Investors looking to cash in on precious metals can look beyond the lure of gold and silver — platinum and palladium have become new objects of their affection. Investing in “P&P” used to be as difficult as investing in any other physical asset, such as gold or silver. But exchange-traded funds (ETFs) have emerged as a more convenient way to gain exposure to these commodities.
Platinum and palladium ETFs have traded on European exchanges for years but are relative newcomers to U.S. markets. Several funds were launched within the past couple of years, so they don’t bring the extra assurance of a long track record.
But to all precious metals, there is a time and a season. These twin white metals (they’re actually “sister” elements in the platinum family) soared last year as nightmares of the 2009 supply glut gave way to a resurgence of demand for both commodities. But the March earthquake, tsunami and nuclear disaster in Japan interrupted their comeback season.
A little background: Platinum is the upgrade to gold in jewelry, but palladium is important to jewelry, too. It’s used as an alloy to make white gold. (The palladium market in China is particularly robust.) Besides the jewelry-manufacturing niche, there are many other industrial applications for platinum and palladium — most notably, in auto manufacturing.
After auto production fell off a cliff earlier this year due to parts shortages, prices for the two metals fell. As automakers boost production volume in a recovering economy, demand is once again likely to outpace supply — and ETFs are a convenient way for investors to take advantage of that trend.
ETFs backed by physical platinum or palladium have many advantages over buying bullion or coins. Investors avoid the high initial investment and the cost of storing, securing and insuring bullion or coins. ETFs also trade via a major exchange and boast greater liquidity and transparency.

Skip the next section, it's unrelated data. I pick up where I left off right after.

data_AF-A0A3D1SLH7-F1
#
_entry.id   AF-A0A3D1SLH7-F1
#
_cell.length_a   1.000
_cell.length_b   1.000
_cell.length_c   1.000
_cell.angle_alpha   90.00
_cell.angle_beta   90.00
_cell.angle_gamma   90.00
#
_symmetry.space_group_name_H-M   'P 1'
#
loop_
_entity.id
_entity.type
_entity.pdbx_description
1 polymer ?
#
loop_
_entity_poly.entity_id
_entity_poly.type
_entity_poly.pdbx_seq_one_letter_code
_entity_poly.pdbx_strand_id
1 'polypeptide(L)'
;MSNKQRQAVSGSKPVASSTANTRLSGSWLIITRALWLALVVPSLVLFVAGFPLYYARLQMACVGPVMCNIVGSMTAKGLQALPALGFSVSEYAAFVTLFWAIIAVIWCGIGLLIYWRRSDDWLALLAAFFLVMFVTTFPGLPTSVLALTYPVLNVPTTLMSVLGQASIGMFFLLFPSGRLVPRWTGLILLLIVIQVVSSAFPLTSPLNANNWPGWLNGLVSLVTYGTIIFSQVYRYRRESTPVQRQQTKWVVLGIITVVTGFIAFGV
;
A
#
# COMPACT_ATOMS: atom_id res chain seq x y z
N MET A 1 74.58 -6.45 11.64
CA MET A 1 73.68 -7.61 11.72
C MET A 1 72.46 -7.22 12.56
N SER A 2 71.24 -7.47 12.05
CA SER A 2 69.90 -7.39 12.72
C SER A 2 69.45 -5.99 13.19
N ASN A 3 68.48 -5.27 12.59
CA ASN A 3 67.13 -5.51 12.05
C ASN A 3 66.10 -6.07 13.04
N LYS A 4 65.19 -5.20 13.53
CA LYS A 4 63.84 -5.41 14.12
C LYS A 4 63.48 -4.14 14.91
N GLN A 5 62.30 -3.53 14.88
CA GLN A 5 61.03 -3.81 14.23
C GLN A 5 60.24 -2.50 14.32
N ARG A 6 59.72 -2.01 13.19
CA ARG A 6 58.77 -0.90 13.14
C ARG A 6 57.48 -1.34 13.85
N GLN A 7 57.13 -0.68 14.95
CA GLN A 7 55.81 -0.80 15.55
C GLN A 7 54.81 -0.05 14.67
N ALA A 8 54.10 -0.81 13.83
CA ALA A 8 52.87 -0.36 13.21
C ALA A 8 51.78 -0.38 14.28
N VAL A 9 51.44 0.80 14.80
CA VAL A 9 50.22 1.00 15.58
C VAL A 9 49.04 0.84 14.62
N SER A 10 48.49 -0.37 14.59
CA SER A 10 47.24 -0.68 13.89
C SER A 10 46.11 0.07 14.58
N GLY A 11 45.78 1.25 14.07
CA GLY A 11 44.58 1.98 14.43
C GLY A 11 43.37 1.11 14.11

Price volatility is a given with precious metals — platinum and palladium have sent investors on a particularly wild ride over the past couple of years. Still, diversification is never a bad idea, and precious metals can be a good hedge against governments’ bad spending choices. With those caveats, here are four ETFs to consider if you’re in the market for the other white metals:
Performance-wise, palladium has been the better bet so far this year — but wild pendulum swings have made for white-knuckle moments during the past couple of months. Because of palladium’s manufacturing uses, hopes for a rebounding economy have given these ETFs a year-end bounce.
VelocityShares 2x Palladium ETN (NYSE:LPAL). LPAL is the baby of the bunch, having just launched in October. It’s a leveraged fund that doesn’t hold physical palladium and offers exposure to palladium futures contracts by tracking the S&P GSCI Palladium Index ER. With a market cap of $3.2 million, LPAL gained nearly 10% on Thursday to close at about $53. That’s a 22% increase since this time last month. Its one-month return is 4.2%, but the expense ratio is pretty high at 1.35.
ETFS Physical Palladium Shares (NYSE:PALL). PALL does invest in physical palladium bullion and tracks the metal’s price on the spot market; it was launched in January 2010. With a market cap of $383 million, PALL is trading at $64.50 — 22% above its 52-week low in October. Its one-month return is 7.9%; its one-year return is –16.5%. The expense ratio is a tamer 0.6.
Spooked by Europe, platinum prices have careened off a cliff in recent months, making it a bargain now. Consider that an ounce of traditionally more expensive platinum was trading at the bargain price of $1,420 an ounce on Thursday — $175 below the price of gold.
ETFS Physical Platinum Shares (NYSE:PPLT). This fund’s holdings are in physical platinum bullion and PPLT tracks prices on the spot market; it was launched in January 2010. With a market cap of $626 million, PPLT is trading at around $140, nearly 26% below its 52-week high in August. Its one-month return is –7.6%; its one-year return is –17.5%. Its expense ratio is 0.6.
UBS AG E-TRACS UBS Short Platinum (NYSE:PTD). PTD is a short fund, the performance of which is inversely tied to platinum futures contracts. It’s old enough to have been through some of the white metal’s waxing and waning fortunes — it has been around since May 2008. Betting against platinum has worked well for the fund’s investors this year. With a market cap of $3.8 million, PTD is trading at $34.74 — more than 38% above its 52-week low in September. Its one-month return is 14%, and its one-year return is nearly 17%. Its expense ratio is 0.65.
As of this writing, Susan J. Aluise did not hold a position in any of the funds named here.